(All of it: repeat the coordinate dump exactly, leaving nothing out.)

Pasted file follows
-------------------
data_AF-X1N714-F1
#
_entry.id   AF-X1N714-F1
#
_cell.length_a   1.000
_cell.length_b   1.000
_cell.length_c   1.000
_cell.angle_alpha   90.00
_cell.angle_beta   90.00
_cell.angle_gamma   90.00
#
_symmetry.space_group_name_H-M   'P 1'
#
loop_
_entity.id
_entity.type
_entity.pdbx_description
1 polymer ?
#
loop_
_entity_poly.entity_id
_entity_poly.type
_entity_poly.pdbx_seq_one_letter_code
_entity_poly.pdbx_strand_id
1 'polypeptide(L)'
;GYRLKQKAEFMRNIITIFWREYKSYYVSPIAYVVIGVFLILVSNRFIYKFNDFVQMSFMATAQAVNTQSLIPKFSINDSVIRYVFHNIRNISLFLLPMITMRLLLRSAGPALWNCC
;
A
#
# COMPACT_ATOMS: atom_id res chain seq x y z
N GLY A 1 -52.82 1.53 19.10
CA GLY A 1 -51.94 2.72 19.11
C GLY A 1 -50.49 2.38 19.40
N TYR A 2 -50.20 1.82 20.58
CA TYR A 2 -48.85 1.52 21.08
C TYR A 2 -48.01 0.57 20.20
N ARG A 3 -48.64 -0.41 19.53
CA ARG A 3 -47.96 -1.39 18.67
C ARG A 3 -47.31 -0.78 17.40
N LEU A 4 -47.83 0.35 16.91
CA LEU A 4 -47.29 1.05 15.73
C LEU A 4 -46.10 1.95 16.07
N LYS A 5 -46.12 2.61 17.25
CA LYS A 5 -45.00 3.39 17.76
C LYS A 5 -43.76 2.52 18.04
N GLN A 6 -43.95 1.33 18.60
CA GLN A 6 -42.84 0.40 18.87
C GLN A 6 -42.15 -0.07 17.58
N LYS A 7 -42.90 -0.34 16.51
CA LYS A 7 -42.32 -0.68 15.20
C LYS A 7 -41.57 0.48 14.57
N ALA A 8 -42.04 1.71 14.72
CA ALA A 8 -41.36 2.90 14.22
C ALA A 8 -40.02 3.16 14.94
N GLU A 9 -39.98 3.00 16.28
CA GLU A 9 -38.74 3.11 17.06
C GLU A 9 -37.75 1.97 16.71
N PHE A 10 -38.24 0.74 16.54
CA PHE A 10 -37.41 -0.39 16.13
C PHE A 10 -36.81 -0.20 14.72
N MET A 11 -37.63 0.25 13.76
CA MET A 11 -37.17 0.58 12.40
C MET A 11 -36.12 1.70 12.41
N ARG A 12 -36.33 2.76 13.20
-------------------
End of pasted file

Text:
data_AF-X1N714-F1
#
_entry.id   AF-X1N714-F1
#
_cell.length_a   1.000
_cell.length_b   1.000
_cell.length_c   1.000
_cell.angle_alpha   90.00
_cell.angle_beta   90.00
_cell.angle_gamma   90.00
#
_symmetry.space_group_name_H-M   'P 1'
#
loop_
_entity.id
_entity.type
_entity.pdbx_description
1 polymer ?
#
loop_
_entity_poly.entity_id
_entity_poly.type
_entity_poly.pdbx_seq_one_letter_code
_entity_poly.pdbx_strand_id
1 'polypeptide(L)'
;GYRLKQKAEFMRNIITIFWREYKSYYVSPIAYVVIGVFLILVSNRFIYKFNDFVQMSFMATAQAVNTQSLIPKFSINDSVIRYVFHNIRNISLFLLPMITMRLLLRSAGPALWNCC
;
A
#
# COMPACT_ATOMS: atom_id res chain seq x y z
N GLY A 1 -52.82 1.53 19.10
CA GLY A 1 -51.94 2.72 19.11
C GLY A 1 -50.49 2.38 19.40
N TYR A 2 -50.20 1.82 20.58
CA TYR A 2 -48.85 1.52 21.08
C TYR A 2 -48.01 0.57 20.20
N ARG A 3 -48.64 -0.41 19.53
CA ARG A 3 -47.96 -1.39 18.67
C ARG A 3 -47.31 -0.78 17.40
N LEU A 4 -47.83 0.35 16.91
CA LEU A 4 -47.29 1.05 15.73
C LEU A 4 -46.10 1.95 16.07
N LYS A 5 -46.12 2.61 17.25
CA LYS A 5 -45.00 3.39 17.76
C LYS A 5 -43.76 2.52 18.04
N GLN A 6 -43.95 1.33 18.60
CA GLN A 6 -42.84 0.40 18.87
C GLN A 6 -42.15 -0.07 17.58
N LYS A 7 -42.90 -0.34 16.51
CA LYS A 7 -42.32 -0.68 15.20
C LYS A 7 -41.57 0.48 14.57
N ALA A 8 -42.04 1.71 14.72
CA ALA A 8 -41.36 2.90 14.22
C ALA A 8 -40.02 3.16 14.94
N GLU A 9 -39.98 3.00 16.28
CA GLU A 9 -38.74 3.11 17.06
C GLU A 9 -37.75 1.97 16.71
N PHE A 10 -38.24 0.74 16.54
CA PHE A 10 -37.41 -0.39 16.13
C PHE A 10 -36.81 -0.20 14.72
N MET A 11 -37.63 0.25 13.76
CA MET A 11 -37.17 0.58 12.40
C MET A 11 -36.12 1.70 12.41
N ARG A 12 -36.33 2.76 13.20